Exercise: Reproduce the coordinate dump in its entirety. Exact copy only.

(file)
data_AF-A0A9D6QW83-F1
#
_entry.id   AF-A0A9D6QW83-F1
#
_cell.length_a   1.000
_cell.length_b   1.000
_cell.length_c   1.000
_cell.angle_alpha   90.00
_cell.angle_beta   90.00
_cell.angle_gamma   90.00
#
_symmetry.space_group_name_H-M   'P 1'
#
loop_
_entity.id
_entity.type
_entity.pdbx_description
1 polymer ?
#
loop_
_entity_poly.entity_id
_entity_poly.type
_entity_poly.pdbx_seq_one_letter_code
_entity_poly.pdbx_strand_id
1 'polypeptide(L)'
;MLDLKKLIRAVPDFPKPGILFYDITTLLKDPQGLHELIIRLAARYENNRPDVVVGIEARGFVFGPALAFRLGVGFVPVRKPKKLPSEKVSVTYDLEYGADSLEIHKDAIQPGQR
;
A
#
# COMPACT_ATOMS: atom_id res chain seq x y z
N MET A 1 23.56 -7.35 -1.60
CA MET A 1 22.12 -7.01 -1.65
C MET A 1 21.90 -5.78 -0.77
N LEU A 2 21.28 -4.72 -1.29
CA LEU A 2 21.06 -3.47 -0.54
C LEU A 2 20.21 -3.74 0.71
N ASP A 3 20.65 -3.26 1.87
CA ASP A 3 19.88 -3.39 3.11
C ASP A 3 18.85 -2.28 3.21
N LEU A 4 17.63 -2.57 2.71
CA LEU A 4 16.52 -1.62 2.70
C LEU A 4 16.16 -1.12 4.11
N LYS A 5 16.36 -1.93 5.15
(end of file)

data_AF-A0A9D6QW83-F1
#
_entry.id   AF-A0A9D6QW83-F1
#
_cell.length_a   1.000
_cell.length_b   1.000
_cell.length_c   1.000
_cell.angle_alpha   90.00
_cell.angle_beta   90.00
_cell.angle_gamma   90.00
#
_symmetry.space_group_name_H-M   'P 1'
#
loop_
_entity.id
_entity.type
_entity.pdbx_description
1 polymer ?
#
loop_
_entity_poly.entity_id
_entity_poly.type
_entity_poly.pdbx_seq_one_letter_code
_entity_poly.pdbx_strand_id
1 'polypeptide(L)'
;MLDLKKLIRAVPDFPKPGILFYDITTLLKDPQGLHELIIRLAARYENNRPDVVVGIEARGFVFGPALAFRLGVGFVPVRKPKKLPSEKVSVTYDLEYGADSLEIHKDAIQPGQR
;
A
#
# COMPACT_ATOMS: atom_id res chain seq x y z
N MET A 1 23.56 -7.35 -1.60
CA MET A 1 22.12 -7.01 -1.65
C MET A 1 21.90 -5.78 -0.77
N LEU A 2 21.28 -4.72 -1.29
CA LEU A 2 21.06 -3.47 -0.54
C LEU A 2 20.21 -3.74 0.71
N ASP A 3 20.65 -3.26 1.87
CA ASP A 3 19.88 -3.39 3.11
C ASP A 3 18.85 -2.28 3.21
N LEU A 4 17.63 -2.57 2.71
CA LEU A 4 16.52 -1.62 2.70
C LEU A 4 16.16 -1.12 4.11
N LYS A 5 16.36 -1.93 5.15